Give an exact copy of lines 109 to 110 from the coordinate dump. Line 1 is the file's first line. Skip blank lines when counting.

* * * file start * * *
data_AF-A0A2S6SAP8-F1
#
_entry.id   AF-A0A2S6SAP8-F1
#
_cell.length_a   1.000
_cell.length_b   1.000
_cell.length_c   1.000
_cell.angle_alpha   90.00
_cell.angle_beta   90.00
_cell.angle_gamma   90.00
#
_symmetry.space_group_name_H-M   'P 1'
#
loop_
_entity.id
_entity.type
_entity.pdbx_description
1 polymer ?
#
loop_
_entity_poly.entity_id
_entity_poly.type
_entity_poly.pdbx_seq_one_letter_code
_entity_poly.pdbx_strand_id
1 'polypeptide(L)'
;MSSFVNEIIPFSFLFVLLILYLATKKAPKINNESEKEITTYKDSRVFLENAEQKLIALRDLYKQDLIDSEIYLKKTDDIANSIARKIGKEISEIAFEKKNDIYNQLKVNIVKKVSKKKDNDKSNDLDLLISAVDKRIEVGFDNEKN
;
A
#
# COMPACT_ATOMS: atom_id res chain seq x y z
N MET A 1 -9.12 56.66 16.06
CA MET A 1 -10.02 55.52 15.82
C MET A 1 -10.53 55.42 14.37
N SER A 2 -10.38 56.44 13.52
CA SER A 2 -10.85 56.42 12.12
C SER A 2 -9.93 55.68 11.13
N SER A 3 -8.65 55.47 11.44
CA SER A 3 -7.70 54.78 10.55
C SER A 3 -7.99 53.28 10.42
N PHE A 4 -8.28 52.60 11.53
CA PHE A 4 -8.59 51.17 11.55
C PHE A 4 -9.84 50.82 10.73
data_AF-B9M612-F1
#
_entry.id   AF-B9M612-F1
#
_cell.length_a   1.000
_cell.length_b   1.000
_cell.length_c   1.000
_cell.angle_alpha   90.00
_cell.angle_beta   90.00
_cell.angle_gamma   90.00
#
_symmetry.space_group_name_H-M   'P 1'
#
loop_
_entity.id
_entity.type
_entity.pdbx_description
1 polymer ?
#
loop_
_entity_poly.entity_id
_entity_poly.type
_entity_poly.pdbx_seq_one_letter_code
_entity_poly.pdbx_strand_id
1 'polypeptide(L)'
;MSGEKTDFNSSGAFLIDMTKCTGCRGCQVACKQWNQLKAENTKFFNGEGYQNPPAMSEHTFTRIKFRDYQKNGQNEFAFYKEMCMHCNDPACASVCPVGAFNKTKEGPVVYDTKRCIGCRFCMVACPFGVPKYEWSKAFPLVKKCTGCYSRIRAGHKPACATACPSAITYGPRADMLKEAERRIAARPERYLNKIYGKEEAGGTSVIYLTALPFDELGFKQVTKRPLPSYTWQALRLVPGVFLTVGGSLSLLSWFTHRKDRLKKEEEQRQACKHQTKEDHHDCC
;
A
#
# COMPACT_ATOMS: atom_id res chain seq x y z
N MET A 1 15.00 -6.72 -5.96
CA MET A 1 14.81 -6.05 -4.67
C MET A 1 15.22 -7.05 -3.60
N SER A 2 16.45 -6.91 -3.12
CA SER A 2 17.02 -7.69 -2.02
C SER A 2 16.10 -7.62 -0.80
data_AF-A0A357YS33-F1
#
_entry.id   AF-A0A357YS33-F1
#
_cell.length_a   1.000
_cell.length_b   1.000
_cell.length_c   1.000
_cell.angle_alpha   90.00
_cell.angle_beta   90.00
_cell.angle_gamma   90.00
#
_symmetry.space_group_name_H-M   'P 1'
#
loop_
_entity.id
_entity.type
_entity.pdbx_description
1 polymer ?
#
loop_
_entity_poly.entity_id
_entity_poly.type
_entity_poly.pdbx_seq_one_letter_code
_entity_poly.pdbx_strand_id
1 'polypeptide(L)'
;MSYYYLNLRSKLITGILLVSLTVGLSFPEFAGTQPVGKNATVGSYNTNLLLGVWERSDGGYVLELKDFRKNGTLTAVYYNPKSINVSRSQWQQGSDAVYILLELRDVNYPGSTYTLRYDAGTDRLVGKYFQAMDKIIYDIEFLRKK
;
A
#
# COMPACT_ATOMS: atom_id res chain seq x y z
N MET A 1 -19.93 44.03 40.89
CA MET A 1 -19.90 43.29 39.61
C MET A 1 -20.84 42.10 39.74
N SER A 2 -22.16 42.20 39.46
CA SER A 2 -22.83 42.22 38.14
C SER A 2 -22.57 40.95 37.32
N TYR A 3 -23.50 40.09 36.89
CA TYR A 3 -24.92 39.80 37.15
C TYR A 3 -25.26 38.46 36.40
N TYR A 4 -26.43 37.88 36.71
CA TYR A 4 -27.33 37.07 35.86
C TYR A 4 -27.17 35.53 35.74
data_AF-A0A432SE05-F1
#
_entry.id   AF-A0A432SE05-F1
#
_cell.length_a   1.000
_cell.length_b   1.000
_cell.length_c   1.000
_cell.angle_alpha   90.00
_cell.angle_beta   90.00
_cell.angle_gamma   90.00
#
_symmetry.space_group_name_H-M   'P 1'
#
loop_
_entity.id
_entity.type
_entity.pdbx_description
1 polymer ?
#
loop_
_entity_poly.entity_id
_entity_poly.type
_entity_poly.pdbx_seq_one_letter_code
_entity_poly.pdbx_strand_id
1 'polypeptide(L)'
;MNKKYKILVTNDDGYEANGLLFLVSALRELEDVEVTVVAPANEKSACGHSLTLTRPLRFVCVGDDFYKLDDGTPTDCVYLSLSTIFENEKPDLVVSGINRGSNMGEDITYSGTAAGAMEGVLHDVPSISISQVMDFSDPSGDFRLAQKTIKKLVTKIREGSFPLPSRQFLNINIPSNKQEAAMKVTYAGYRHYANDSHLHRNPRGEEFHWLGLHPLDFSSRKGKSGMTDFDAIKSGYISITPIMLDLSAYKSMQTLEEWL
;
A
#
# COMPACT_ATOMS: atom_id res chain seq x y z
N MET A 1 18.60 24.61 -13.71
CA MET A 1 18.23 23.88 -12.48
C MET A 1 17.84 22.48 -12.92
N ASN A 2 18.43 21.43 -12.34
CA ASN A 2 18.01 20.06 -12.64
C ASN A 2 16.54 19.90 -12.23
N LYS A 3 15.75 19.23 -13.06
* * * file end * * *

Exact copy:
N MET A 1 -19.93 44.03 40.89
CA MET A 1 -19.90 43.29 39.61